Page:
ROANOKE, Va. – While the Draconids and Southern Taurids are not usually the big producers, you may still find a few shooting stars in the night sky later this week.
The Draconids have had some outbreak years, when its parent comet is in perhelion (closest point in orbit) to Earth. This year, however, is not that year. It will be in 2025, though.
This year, be sure to look south and overhead around nightfall. You may see a handful of meteors in an hour.
The Southern Taurids peak in the Southern Hemisphere this month, but few shooting stars can still be seen in the Northern Hemisphere too.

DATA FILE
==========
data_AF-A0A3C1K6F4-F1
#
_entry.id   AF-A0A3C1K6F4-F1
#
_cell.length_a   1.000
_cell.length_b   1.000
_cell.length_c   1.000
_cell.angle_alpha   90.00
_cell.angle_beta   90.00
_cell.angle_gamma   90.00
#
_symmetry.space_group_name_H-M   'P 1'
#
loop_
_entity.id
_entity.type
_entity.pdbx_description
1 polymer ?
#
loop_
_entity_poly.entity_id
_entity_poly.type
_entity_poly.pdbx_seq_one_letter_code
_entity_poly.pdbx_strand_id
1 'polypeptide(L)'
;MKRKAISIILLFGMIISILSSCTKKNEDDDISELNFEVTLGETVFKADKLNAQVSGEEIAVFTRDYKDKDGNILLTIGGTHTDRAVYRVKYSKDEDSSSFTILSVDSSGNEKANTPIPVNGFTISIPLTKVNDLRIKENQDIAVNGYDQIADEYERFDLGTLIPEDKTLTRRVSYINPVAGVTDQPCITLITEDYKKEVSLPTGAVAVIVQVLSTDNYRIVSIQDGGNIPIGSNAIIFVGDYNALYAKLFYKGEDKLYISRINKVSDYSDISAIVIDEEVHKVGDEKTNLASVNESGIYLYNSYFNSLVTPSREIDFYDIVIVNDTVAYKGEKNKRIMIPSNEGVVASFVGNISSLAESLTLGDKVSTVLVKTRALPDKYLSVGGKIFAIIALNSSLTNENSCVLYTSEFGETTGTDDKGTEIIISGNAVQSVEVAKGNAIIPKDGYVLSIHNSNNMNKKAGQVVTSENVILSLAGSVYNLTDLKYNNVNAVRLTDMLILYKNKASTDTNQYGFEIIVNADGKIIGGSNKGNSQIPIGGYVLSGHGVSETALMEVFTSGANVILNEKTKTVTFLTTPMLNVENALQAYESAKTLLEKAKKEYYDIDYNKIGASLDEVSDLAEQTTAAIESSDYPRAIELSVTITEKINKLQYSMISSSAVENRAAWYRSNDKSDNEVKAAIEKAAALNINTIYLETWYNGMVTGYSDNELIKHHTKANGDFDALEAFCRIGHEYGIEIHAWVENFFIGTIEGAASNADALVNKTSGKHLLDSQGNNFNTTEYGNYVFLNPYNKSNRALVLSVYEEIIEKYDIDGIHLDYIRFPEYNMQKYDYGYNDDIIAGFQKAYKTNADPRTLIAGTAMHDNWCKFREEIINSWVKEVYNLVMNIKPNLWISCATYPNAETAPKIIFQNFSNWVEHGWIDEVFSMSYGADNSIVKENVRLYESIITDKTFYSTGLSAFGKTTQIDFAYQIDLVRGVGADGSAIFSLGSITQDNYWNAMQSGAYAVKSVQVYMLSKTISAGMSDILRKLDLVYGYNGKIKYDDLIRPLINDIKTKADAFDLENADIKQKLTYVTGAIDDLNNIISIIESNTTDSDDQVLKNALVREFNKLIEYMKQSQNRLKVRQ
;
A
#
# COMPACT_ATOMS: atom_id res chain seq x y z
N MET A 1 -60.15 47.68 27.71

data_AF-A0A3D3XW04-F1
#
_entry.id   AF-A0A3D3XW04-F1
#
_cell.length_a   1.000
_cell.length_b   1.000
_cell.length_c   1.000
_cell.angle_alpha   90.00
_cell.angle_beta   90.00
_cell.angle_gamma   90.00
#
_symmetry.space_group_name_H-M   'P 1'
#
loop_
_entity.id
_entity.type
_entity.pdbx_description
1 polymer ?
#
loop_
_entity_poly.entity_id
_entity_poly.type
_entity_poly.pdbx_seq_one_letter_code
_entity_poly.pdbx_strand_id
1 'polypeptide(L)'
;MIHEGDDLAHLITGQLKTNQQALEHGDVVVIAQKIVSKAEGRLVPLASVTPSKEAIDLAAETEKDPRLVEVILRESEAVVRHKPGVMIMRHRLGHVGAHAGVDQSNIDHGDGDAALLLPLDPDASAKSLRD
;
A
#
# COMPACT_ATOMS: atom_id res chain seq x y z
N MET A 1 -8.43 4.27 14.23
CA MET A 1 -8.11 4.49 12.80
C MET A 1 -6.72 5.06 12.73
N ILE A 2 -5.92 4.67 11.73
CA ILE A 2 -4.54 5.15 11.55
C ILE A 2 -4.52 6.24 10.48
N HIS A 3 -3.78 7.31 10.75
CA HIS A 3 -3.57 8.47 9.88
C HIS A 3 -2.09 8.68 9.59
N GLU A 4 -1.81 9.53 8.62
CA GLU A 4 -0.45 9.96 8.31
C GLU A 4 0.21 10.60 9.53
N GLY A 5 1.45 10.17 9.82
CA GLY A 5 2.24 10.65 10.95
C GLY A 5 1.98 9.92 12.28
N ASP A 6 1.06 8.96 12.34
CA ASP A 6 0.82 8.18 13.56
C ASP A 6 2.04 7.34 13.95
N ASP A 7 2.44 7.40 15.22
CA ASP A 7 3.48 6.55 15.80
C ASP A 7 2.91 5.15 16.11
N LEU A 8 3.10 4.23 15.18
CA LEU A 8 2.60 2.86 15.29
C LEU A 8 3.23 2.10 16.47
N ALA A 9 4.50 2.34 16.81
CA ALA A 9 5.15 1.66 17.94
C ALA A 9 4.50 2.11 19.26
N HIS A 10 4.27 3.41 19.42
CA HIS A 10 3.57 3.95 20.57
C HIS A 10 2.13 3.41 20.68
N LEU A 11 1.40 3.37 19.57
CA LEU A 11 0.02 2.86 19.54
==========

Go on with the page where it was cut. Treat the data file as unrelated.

Like the Draconids, they only yield less than 10 meteors per hour. However, they're usually bright with longer trails.
Wednesday is not our night to see anything, as we'll still be cloudy. Thursday, we start cloudy but should turn partly cloudy throughout the day. Friday will be partly cloudy as well.
Bottom line is this: Don't expect a magical show, but we're also not going to stop you from looking at the night sky. You never know what you'll find!